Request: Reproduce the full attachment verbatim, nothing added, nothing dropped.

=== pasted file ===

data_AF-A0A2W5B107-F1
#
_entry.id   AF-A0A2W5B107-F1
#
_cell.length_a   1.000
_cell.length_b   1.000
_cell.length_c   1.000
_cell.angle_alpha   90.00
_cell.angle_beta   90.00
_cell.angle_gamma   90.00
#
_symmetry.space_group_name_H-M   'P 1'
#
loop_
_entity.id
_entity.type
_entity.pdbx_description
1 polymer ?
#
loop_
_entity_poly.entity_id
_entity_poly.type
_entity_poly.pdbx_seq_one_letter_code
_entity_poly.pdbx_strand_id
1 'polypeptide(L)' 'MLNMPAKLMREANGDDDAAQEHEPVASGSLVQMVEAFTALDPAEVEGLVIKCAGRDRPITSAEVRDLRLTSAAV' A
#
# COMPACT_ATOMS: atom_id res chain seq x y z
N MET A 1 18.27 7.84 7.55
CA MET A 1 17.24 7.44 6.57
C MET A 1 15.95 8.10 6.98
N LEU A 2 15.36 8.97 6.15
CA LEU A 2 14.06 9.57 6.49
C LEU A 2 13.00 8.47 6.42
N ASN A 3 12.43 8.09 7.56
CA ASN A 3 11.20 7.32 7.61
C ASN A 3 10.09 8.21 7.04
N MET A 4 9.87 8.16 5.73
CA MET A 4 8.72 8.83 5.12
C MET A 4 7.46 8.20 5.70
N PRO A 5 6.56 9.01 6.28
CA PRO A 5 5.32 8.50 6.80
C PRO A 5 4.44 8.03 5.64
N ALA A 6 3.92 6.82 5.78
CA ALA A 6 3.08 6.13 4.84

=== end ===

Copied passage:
data_AF-A0A2W5B107-F1
#
_entry.id   AF-A0A2W5B107-F1
#
_cell.length_a   1.000
_cell.length_b   1.000
_cell.length_c   1.000
_cell.angle_alpha   90.00
_cell.angle_beta   90.00
_cell.angle_gamma   90.00
#
_symmetry.space_group_name_H-M   'P 1'
#
loop_
_entity.id
_entity.type
_entity.pdbx_description
1 polymer ?
#
loop_
_entity_poly.entity_id
_entity_poly.type
_entity_poly.pdbx_seq_one_letter_code
_entity_poly.pdbx_strand_id
1 'polypeptide(L)' 'MLNMPAKLMREANGDDDAAQEHEPVASGSLVQMVEAFTALDPAEVEGLVIKCAGRDRPITSAEVRDLRLTSAAV' A
#
# COMPACT_ATOMS: atom_id res chain seq x y z
N MET A 1 18.27 7.84 7.55
CA MET A 1 17.24 7.44 6.57
C MET A 1 15.95 8.10 6.98
N LEU A 2 15.36 8.97 6.15
CA LEU A 2 14.06 9.57 6.49
C LEU A 2 13.00 8.47 6.42
N ASN A 3 12.43 8.09 7.56
CA ASN A 3 11.20 7.32 7.61
C ASN A 3 10.09 8.21 7.04
N MET A 4 9.87 8.16 5.73
CA MET A 4 8.72 8.83 5.12
C MET A 4 7.46 8.20 5.70
N PRO A 5 6.56 9.01 6.28
CA PRO A 5 5.32 8.50 6.80
C PRO A 5 4.44 8.03 5.64
N ALA A 6 3.92 6.82 5.78
CA ALA A 6 3.08 6.13 4.84